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BASILE v. H&R BLOCK

August 1, 1995

SANDRA J. BASILE AND LAURA CLAVIN
v.
H&R BLOCK, INC., H&R BLOCK EASTERN TAX SERVICES, INC. AND MELLON BANK (DE) ASSOCIATION



The opinion of the court was delivered by: EDMUND V. LUDWIG

 Ludwig, J.

 August 1, 1995

 This action alleges violations of the Truth in Lending Act, 15 U.S.C. §§ 1601 et seq., state law violations of fraud, negligent misrepresentation, breach of fiduciary duty, the Pennsylvania Unfair Trade Practices and Consumer Protection Act, 73 Pa.C.S.A. § 201-2(4), and Delaware usury laws, Del. Code Ann. tit. 6, § 2301(a) (1975). *fn1" Jurisdiction is federal question. 28 U.S.C. § 1331. Defendants move for summary judgment as to all counts. By order of July 24, 1995 summary judgment was granted as to the federal question claims and issues; supplemental jurisdiction was relinquished, 28 U.S.C. § 1367(c); and the action remanded, 28 U.S.C. § 1447(c).

 From 1990 to the present defendant H&R Block, Inc. has offered a "Rapid Refund Program" utilizing electronic filing services. *fn2" One feature is a refund anticipation loan. Under this plan the customer would obtain a loan from Mellon Bank in the amount of the refund, and the refund would be sent directly from the IRS to the bank. *fn3" Defendant Mellon Bank's motion for summary judgment at 2. The bank charged $ 29 for processing the loan. Defendant H&R Block's motion for summary judgment at 4. A separate $ 25 or $ 35 *fn4" fee was charged by H&R Block for the electronic filing service. Id.

 According to the complaint, H&R Block's advertising misrepresented that the refund came directly from the IRS and was not a loan. Response to motion for summary judgment at 1-2. As a result, plaintiffs are alleged to have paid an inordinately high rate of interest and felt "taken advantage of and betrayed." Id. at 2. On April 23, 1993, having allegedly found that others were misled, plaintiffs filed this action in state court on behalf of all persons similarly situated. *fn5" On May 14, 1993 the action was removed to this court. The essence of the federal claim is that defendants' Truth in Lending Act disclosures were belated and incomplete. The claim that Mellon Bank's finance charges exceeded allowable limits under Pennsylvania's consumer protection law also raises a federal question.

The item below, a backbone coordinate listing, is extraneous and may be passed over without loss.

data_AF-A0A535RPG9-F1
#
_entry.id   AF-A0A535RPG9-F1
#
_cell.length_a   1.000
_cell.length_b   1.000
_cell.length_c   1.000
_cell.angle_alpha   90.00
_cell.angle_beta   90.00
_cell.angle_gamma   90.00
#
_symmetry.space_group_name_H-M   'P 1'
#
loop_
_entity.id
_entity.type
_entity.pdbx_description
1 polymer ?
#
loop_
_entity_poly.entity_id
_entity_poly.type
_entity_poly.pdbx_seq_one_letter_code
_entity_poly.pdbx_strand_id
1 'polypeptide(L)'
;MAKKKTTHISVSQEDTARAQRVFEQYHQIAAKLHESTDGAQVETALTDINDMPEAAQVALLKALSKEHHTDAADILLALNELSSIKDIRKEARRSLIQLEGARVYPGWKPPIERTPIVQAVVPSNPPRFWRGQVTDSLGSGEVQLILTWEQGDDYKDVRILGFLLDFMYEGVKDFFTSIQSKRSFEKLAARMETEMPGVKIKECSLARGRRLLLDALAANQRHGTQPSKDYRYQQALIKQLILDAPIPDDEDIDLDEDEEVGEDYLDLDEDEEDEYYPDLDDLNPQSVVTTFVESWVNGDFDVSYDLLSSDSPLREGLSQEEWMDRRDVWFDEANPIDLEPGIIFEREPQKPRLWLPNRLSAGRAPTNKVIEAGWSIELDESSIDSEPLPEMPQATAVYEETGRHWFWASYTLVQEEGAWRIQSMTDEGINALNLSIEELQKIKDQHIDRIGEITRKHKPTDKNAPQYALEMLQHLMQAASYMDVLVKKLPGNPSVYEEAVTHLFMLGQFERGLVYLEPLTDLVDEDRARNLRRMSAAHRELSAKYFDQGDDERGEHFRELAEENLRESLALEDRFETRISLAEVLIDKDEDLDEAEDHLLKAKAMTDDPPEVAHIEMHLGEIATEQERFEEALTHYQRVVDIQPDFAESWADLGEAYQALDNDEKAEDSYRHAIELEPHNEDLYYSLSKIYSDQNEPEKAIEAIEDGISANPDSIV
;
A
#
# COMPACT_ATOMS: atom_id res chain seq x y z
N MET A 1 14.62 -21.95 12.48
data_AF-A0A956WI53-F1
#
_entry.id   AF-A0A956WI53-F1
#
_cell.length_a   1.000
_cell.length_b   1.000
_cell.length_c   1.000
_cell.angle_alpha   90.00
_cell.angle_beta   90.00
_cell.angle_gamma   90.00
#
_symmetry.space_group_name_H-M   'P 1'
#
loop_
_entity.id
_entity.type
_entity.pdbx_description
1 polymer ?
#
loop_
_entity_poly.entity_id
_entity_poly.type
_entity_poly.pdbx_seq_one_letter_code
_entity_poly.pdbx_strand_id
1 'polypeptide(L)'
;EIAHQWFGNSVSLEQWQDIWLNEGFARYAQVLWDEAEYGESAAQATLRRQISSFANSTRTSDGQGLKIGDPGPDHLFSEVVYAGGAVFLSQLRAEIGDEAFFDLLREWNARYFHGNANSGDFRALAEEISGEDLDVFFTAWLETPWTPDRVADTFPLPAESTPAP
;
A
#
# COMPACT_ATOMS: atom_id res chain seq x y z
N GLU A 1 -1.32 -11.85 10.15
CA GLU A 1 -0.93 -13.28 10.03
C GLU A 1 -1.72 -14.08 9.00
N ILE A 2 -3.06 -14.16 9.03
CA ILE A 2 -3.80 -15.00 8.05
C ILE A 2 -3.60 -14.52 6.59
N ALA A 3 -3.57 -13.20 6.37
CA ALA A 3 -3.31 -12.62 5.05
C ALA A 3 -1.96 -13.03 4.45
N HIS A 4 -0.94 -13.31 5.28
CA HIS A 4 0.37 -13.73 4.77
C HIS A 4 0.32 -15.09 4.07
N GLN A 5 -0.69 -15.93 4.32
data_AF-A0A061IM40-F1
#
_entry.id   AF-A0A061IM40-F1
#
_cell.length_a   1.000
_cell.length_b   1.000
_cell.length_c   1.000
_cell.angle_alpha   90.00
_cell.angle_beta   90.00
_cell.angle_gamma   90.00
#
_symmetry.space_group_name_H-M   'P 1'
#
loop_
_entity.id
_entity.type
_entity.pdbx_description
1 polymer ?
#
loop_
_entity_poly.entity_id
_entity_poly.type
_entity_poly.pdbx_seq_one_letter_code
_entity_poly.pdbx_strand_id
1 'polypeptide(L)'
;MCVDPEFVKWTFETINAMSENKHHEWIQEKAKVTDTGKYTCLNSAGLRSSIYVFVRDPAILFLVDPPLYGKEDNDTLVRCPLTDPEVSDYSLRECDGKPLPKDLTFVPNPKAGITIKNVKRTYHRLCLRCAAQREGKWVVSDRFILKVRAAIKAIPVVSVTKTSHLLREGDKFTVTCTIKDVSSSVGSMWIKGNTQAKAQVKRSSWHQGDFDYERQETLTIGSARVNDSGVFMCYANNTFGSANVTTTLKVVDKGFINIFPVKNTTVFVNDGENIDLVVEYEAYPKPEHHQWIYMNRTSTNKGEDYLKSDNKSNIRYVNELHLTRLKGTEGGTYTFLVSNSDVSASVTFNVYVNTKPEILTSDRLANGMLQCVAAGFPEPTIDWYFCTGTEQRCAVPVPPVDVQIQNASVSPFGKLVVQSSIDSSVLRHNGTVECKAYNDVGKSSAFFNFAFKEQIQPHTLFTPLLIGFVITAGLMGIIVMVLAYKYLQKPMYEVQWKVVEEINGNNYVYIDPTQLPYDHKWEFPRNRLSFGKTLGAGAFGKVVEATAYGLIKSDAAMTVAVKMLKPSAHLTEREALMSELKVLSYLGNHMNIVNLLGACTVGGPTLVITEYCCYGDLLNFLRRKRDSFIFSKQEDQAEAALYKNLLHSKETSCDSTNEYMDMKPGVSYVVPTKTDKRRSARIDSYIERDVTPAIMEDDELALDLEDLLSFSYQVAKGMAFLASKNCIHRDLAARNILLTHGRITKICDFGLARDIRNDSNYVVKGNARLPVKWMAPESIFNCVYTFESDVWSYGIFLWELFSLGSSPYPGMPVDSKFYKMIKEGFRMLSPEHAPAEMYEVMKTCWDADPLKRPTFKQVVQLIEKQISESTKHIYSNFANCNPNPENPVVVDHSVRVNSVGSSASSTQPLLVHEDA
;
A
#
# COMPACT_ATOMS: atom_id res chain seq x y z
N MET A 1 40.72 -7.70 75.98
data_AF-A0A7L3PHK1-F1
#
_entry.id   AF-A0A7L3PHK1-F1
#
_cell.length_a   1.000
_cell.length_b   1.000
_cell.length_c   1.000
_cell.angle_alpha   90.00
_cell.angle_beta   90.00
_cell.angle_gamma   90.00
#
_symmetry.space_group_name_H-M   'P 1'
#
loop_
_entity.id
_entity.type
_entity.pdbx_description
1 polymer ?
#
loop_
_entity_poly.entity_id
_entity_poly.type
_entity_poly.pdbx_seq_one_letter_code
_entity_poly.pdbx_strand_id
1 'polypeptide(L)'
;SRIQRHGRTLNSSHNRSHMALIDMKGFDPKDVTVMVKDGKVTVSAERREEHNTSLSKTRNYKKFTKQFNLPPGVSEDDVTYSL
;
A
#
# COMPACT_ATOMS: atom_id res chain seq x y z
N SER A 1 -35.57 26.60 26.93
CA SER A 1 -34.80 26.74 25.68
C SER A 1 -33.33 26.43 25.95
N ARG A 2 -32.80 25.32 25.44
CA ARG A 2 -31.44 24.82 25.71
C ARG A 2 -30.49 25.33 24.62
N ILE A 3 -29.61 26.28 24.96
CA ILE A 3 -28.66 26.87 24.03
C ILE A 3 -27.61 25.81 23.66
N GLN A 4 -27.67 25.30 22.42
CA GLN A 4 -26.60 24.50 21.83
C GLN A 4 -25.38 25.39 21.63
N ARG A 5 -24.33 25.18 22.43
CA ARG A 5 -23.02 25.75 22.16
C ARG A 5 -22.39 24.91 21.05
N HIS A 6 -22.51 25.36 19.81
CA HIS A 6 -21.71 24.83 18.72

I.

 The legislative purpose of the Truth in Lending Act is to "assure a meaningful disclosure of credit terms so that the consumer will be able to compare more readily the various credit terms available" and to avoid the "uninformed use of credit." 15 U.S.C. § 1601(a). Pursuant to the Act, the Federal Reserve Board issued Regulation Z, 12 C.F.R. § 226.1 et seq., 15 U.S.C. § 1604. For each transaction, the creditor is required to disclose the following information:

 
(a) the identity of the creditor making the disclosures;
 
(b) the "amount financed," using that term, and a brief description of the amount of credit provided to the consumer;
 
(c) (1) a separate written itemization of the amount financed, including:
 
(i) the amount of any proceeds distributed directly to the consumer,
 
(ii) the amount credited to the consumer's account with the creditor,
 
(iii) any amounts paid to other persons by the creditor on the consumer's behalf,
 
(iv) the prepaid finance charge;
 
(2) the creditor need not comply with (c)(1) if the creditor provides a statement that the consumer has the right to receive a written itemization of the amount financed, together with a space for the consumer to indicate ...

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